Unfair Inequalities in Health and Health Care

University Paris-Descartes, CNRS, LSE and IDEP, France.
Journal of Health Economics (Impact Factor: 2.58). 09/2008; 28(1):73-90. DOI: 10.1016/j.jhealeco.2008.07.016
Source: PubMed


Inequalities in health and health care are caused by different factors. Measuring "unfair" inequalities implies that a distinction is introduced between causal variables leading to ethically legitimate inequalities and causal variables leading to ethically illegitimate inequalities. An example of the former could be life-style choices, an example of the latter is social background. We show how to derive measures of unfair inequalities in health and in health care delivery from a structural model of health care and health production: "direct unfairness", linked to the variations in medical expenditures and health in the hypothetical distribution in which all legitimate sources of variation are kept constant; "fairness gap", linked to the differences between the actual distribution and the hypothetical distribution in which all illegitimate sources of variation have been removed. These two approaches are related to the theory of fair allocation. In general they lead to different results. We propose to analyse the resulting distributions with the traditional apparatus of Lorenz curves and inequality measures. We compare our proposal to the more common approach using concentration curves and analyse the relationship with the methods of direct and indirect standardization. We discuss how inequalities in health care can be integrated in an overall evaluation of social inequality.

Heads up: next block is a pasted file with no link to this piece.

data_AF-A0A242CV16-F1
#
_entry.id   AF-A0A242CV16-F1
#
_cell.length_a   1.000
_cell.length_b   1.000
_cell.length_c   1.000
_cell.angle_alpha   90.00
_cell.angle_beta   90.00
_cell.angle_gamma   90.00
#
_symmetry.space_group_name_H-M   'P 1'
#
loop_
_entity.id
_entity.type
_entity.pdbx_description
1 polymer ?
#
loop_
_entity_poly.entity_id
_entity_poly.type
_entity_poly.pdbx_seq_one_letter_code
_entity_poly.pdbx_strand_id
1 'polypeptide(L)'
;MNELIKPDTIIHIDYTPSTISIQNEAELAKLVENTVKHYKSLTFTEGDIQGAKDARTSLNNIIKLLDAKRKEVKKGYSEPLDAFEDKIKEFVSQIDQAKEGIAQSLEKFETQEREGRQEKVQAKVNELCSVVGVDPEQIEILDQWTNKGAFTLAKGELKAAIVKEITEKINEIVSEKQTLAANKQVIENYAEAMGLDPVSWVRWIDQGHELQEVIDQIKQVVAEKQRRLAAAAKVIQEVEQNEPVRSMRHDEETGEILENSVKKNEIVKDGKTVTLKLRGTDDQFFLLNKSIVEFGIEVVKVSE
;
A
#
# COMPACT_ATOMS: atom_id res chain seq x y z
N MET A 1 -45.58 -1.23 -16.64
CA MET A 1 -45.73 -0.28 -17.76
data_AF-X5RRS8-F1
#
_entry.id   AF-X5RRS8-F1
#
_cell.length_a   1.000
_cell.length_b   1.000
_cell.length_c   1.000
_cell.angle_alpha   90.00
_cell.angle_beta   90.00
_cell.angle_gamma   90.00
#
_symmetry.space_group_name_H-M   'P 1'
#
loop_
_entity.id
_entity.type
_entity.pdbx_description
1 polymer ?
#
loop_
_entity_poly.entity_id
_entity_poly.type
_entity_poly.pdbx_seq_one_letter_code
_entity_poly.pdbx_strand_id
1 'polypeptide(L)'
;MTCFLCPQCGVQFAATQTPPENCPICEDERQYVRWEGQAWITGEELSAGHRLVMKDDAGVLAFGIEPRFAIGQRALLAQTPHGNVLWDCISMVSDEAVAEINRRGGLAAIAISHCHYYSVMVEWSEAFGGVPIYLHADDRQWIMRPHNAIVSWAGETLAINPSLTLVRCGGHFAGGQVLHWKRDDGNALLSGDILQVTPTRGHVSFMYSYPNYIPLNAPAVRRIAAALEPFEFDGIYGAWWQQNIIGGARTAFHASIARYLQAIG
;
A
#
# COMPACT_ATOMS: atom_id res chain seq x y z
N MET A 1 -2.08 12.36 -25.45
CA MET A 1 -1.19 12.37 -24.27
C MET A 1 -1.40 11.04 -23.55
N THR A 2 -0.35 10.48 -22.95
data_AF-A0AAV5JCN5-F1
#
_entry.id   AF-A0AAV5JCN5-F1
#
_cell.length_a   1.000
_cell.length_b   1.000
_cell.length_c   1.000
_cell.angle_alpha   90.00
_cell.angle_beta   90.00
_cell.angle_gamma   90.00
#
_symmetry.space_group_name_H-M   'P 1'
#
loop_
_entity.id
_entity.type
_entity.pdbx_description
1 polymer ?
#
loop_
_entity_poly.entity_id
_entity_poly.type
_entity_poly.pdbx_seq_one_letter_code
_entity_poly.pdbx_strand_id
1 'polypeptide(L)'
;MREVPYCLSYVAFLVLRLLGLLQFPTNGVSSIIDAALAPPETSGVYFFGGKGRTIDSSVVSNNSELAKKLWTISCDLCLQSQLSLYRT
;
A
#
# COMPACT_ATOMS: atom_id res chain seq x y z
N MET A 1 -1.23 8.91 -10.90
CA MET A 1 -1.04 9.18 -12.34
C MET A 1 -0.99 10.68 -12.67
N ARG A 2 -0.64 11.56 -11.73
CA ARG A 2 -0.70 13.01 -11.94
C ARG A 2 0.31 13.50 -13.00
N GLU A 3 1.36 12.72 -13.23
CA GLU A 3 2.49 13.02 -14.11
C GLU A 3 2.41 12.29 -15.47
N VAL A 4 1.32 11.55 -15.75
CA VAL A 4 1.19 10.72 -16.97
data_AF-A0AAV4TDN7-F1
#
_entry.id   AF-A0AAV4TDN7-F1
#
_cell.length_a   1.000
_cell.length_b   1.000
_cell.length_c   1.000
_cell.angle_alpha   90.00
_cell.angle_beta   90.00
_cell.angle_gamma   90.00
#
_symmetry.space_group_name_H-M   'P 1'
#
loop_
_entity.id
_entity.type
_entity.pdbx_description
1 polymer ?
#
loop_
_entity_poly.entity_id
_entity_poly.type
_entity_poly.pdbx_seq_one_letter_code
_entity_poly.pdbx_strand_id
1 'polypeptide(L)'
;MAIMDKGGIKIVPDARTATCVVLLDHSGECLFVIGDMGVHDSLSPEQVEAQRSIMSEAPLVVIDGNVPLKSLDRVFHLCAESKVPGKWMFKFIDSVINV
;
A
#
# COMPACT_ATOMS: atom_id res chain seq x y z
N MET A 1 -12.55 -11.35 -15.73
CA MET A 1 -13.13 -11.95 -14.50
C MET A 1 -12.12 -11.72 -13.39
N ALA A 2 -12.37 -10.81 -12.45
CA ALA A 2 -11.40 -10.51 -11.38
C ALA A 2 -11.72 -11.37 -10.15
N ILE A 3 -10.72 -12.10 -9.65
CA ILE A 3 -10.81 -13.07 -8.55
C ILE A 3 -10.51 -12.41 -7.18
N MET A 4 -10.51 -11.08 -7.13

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    • "We can isolate this health distribution of interest by undertaking multivariate analysis on our raw health distribution, to control for 'fair' variation in health in order to leave a distribution of health reflecting only the 'unfair' variation. The adjustment process we use here has been referred to as 'direct unfairness' in the literature (Fleurbaey and Schokkaert, 2009). This 'fairness-adjusted' distribution of health is then evaluated in place of the unadjusted distribution, using the same inequality and social welfare index approaches. "
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    • "There is a growing literature that opposes such implicit and crude assessments of fairness and calls for more sophisticated and explicit approaches (Fleurbaey and Schokkaert 2009, 2011). This critique is largely aimed at the wide use of the Concentration index. "
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    • "Economists, practitioners and social scientists alike have long been concerned with this issue. Attempts to develop appealing measures to evaluate the health of a population abound in the literature (e.g., Pliskin et al., 1980; Torrance, 1986; Mehrez and Gafni, 1989; Wagstaff, 1991; Bleichrodt, 1995, 1997; Williams, 1997; Dolan, 1998, 2000; Murray et al., 2002; Bleichrodt et al., 2004; Guerrero and Herrero, 2005; Østerdal, 2005; Fleurbaey and Schokkaert, 2009). "
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